Search results for: japanese-no-masks

Japanese No Masks

Author : Friedrich Perzynski
File Size : 47.7 MB
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120 full-page plates of magnificent, elaborately carved, museum-quality masks worn by actors playing gods, warriors, beautiful women, feudal lords, and supernatural beings. Captions.

Heaven Has a Face So Does Hell

Author : Stephen E. Marvin
File Size : 28.79 MB
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Two volumes showing the remarkable combination of superb artistry, sophisticated design and a lengthy history of continuous use that sets the masks of the Noh theatre of Japan apart from all others.

Making Japanese Heritage

Author : Christoph Brumann
File Size : 39.86 MB
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This book examines the making of heritage in contemporary Japan, investigating the ways in which particular objects, practices and institutions are ascribed public recognition and political significance. Through detailed ethnographic and historical case studies, it analyses the social, economic, and even global political dimensions of cultural heritage. It shows how claims to heritage status in Japan stress different material qualities of objects, places and people - based upon their ages, originality and usage. Following on an introduction that thoroughly assesses the field, the ethnographic and historiographic case studies range from geisha; noh masks; and the tea ceremony; urban architecture; automata; a utopian commune and the sites of Mitsubishi company history. They examine how their heritage value is made and re-made, and appraise the construction of heritage in cases where the heritage value resides in the very substance of the object’s material composition - for example, in architecture, landscapes and designs - and show how the heritage industry adds values to existing assets: such as sacredness, urban charm or architectural and ethnic distinctiveness. The book questions the interpretation of material heritage as an enduring expression of social relations, aesthetic values and authenticity which, once conferred, undergoes no subsequent change, and standard dismissals of heritage as merely a tool for enshrining the nation; supporting the powerful; fostering nostalgic escapism; or advancing capitalist exploitation. Finally, it considers the role of people as agents of heritage production, and analyses the complexity of the relationships between people and objects. This book is a rigorous assessment of how conceptions of Japanese heritage have been forged, and provides a wealth of evidence that questions established assumptions on the nature and social roles of heritage.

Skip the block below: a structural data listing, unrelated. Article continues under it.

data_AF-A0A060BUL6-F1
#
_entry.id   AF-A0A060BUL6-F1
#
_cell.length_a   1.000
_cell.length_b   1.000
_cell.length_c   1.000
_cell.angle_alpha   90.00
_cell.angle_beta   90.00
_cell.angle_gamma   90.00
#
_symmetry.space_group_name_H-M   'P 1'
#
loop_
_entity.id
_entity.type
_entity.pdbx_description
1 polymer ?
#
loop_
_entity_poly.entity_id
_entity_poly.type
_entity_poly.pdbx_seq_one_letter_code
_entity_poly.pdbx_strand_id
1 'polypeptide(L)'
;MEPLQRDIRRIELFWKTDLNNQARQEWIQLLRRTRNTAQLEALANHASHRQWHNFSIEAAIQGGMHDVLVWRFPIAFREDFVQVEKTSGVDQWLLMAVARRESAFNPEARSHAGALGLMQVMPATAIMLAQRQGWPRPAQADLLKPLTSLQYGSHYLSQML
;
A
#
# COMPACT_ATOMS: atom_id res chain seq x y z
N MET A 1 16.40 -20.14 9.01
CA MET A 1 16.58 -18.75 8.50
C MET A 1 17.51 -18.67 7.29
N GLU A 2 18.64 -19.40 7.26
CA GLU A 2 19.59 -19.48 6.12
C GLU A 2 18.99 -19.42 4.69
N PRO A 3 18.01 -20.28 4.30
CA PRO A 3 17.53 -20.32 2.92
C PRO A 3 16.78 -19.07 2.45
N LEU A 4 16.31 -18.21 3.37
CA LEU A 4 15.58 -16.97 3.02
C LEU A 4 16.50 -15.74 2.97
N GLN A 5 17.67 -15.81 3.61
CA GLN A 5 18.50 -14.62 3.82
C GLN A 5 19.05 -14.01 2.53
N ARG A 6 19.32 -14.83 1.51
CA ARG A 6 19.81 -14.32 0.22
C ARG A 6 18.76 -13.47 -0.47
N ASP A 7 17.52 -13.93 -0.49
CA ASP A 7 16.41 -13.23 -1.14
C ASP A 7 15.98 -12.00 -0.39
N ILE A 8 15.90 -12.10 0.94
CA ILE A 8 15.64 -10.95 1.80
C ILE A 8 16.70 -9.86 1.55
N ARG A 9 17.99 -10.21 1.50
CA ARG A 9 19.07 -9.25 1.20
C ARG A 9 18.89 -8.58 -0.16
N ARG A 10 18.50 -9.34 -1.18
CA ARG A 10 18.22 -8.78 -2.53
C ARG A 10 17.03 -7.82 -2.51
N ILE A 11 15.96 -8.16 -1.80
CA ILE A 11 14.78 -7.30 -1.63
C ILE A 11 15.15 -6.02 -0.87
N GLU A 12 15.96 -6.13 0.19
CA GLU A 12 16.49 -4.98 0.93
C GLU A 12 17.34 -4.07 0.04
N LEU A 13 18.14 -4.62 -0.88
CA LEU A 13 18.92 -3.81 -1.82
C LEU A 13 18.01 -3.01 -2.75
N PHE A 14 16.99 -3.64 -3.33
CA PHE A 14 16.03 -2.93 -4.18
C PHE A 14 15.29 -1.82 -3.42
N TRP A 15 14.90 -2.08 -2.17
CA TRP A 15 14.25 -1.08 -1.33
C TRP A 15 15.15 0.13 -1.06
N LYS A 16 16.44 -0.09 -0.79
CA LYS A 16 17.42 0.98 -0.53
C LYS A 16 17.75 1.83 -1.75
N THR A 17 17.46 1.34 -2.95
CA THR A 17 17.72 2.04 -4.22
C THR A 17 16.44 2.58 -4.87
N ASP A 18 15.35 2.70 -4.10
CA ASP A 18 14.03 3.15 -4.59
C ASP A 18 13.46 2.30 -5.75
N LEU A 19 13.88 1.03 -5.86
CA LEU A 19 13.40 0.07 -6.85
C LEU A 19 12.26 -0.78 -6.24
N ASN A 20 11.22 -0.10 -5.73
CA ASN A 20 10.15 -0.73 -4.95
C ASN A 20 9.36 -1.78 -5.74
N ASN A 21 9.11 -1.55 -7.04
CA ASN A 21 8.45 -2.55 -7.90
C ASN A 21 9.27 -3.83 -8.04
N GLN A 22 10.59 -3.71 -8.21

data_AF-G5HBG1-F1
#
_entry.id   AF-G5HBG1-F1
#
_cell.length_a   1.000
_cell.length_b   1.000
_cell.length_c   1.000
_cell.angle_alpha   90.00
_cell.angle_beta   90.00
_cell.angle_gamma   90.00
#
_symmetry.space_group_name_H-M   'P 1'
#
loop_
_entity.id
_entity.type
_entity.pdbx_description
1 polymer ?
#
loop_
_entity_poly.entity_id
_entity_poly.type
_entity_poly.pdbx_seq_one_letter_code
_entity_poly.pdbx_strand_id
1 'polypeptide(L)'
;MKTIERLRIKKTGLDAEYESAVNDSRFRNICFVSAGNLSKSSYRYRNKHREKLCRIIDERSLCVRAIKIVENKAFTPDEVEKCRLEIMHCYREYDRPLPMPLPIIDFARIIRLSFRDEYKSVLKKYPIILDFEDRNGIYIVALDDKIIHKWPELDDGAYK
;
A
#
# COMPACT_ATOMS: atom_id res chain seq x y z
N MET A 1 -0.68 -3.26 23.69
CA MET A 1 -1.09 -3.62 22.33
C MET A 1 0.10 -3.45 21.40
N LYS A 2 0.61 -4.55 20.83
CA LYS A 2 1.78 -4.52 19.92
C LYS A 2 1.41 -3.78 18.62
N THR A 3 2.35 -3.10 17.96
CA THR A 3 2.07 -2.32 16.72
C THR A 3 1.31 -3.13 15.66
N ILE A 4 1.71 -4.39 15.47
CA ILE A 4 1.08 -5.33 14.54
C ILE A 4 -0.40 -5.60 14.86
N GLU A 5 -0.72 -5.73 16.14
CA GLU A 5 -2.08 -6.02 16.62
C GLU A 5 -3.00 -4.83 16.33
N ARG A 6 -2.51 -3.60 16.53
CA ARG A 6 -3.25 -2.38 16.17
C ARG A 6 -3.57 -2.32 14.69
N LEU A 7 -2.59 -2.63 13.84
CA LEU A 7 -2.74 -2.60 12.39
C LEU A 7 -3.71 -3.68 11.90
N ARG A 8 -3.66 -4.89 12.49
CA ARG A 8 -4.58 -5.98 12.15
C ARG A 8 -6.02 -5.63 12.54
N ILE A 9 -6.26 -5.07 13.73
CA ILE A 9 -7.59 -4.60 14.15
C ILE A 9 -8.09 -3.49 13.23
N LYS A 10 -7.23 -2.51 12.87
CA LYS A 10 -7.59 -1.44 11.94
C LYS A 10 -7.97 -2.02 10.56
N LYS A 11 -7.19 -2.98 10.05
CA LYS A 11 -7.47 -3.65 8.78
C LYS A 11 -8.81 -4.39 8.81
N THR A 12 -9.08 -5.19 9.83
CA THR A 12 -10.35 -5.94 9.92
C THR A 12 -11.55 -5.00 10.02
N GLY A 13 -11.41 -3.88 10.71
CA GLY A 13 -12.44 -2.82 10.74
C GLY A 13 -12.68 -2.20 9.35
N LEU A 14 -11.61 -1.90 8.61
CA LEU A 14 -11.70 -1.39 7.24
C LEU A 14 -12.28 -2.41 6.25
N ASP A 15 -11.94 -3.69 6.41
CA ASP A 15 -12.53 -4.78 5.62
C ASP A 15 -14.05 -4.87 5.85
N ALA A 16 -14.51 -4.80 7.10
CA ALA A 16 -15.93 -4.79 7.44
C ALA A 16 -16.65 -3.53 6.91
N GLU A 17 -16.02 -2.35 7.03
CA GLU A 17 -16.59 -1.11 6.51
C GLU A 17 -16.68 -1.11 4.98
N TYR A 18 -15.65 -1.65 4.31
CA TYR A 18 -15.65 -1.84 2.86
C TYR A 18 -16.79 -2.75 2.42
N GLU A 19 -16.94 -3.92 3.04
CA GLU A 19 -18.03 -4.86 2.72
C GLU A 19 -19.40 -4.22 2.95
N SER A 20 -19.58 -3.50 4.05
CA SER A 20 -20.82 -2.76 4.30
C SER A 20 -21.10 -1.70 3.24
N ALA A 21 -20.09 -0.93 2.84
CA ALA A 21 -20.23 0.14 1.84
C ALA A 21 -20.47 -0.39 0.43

Japanese Noh masks collections

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File Size : 84.71 MB
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Cut and Make Japanese Masks

Author : A. G. Smith
File Size : 40.84 MB
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Twelve authentic, full-color disguises, including such No masks as a ceremonial old man, the Thunder God, an "Oto" mask used in comic interludes between No plays, as well as masks worn for dance, other types of theatrical roles and temple rituals. Clear diagrams and simple assembly instructions included.

The Japanese Theatre

Author : Benito Ortolani
File Size : 43.15 MB